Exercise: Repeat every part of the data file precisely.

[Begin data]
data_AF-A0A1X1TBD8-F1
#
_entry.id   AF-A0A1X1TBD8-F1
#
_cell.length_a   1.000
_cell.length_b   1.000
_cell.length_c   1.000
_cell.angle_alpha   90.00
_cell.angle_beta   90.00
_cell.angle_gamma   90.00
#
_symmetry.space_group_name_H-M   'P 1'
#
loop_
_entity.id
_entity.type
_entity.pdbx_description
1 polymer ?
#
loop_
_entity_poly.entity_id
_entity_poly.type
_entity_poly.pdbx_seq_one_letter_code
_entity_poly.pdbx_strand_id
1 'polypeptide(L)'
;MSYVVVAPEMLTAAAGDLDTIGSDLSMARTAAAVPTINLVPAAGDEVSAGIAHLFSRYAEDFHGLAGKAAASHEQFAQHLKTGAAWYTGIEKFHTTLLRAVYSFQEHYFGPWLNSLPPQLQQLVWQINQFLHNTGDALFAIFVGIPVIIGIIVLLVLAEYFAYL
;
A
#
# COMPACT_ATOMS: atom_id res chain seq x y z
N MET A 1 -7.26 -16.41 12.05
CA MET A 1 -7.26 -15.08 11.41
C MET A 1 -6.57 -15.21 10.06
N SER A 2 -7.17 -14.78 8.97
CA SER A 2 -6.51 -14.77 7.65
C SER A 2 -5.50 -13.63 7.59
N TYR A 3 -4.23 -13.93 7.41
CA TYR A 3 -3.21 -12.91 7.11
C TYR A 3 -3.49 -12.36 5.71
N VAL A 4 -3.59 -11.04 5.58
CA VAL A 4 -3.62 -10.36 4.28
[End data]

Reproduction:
data_AF-A0A1X1TBD8-F1
#
_entry.id   AF-A0A1X1TBD8-F1
#
_cell.length_a   1.000
_cell.length_b   1.000
_cell.length_c   1.000
_cell.angle_alpha   90.00
_cell.angle_beta   90.00
_cell.angle_gamma   90.00
#
_symmetry.space_group_name_H-M   'P 1'
#
loop_
_entity.id
_entity.type
_entity.pdbx_description
1 polymer ?
#
loop_
_entity_poly.entity_id
_entity_poly.type
_entity_poly.pdbx_seq_one_letter_code
_entity_poly.pdbx_strand_id
1 'polypeptide(L)'
;MSYVVVAPEMLTAAAGDLDTIGSDLSMARTAAAVPTINLVPAAGDEVSAGIAHLFSRYAEDFHGLAGKAAASHEQFAQHLKTGAAWYTGIEKFHTTLLRAVYSFQEHYFGPWLNSLPPQLQQLVWQINQFLHNTGDALFAIFVGIPVIIGIIVLLVLAEYFAYL
;
A
#
# COMPACT_ATOMS: atom_id res chain seq x y z
N MET A 1 -7.26 -16.41 12.05
CA MET A 1 -7.26 -15.08 11.41
C MET A 1 -6.57 -15.21 10.06
N SER A 2 -7.17 -14.78 8.97
CA SER A 2 -6.51 -14.77 7.65
C SER A 2 -5.50 -13.63 7.59
N TYR A 3 -4.23 -13.93 7.41
CA TYR A 3 -3.21 -12.91 7.11
C TYR A 3 -3.49 -12.36 5.71
N VAL A 4 -3.59 -11.04 5.58
CA VAL A 4 -3.62 -10.36 4.28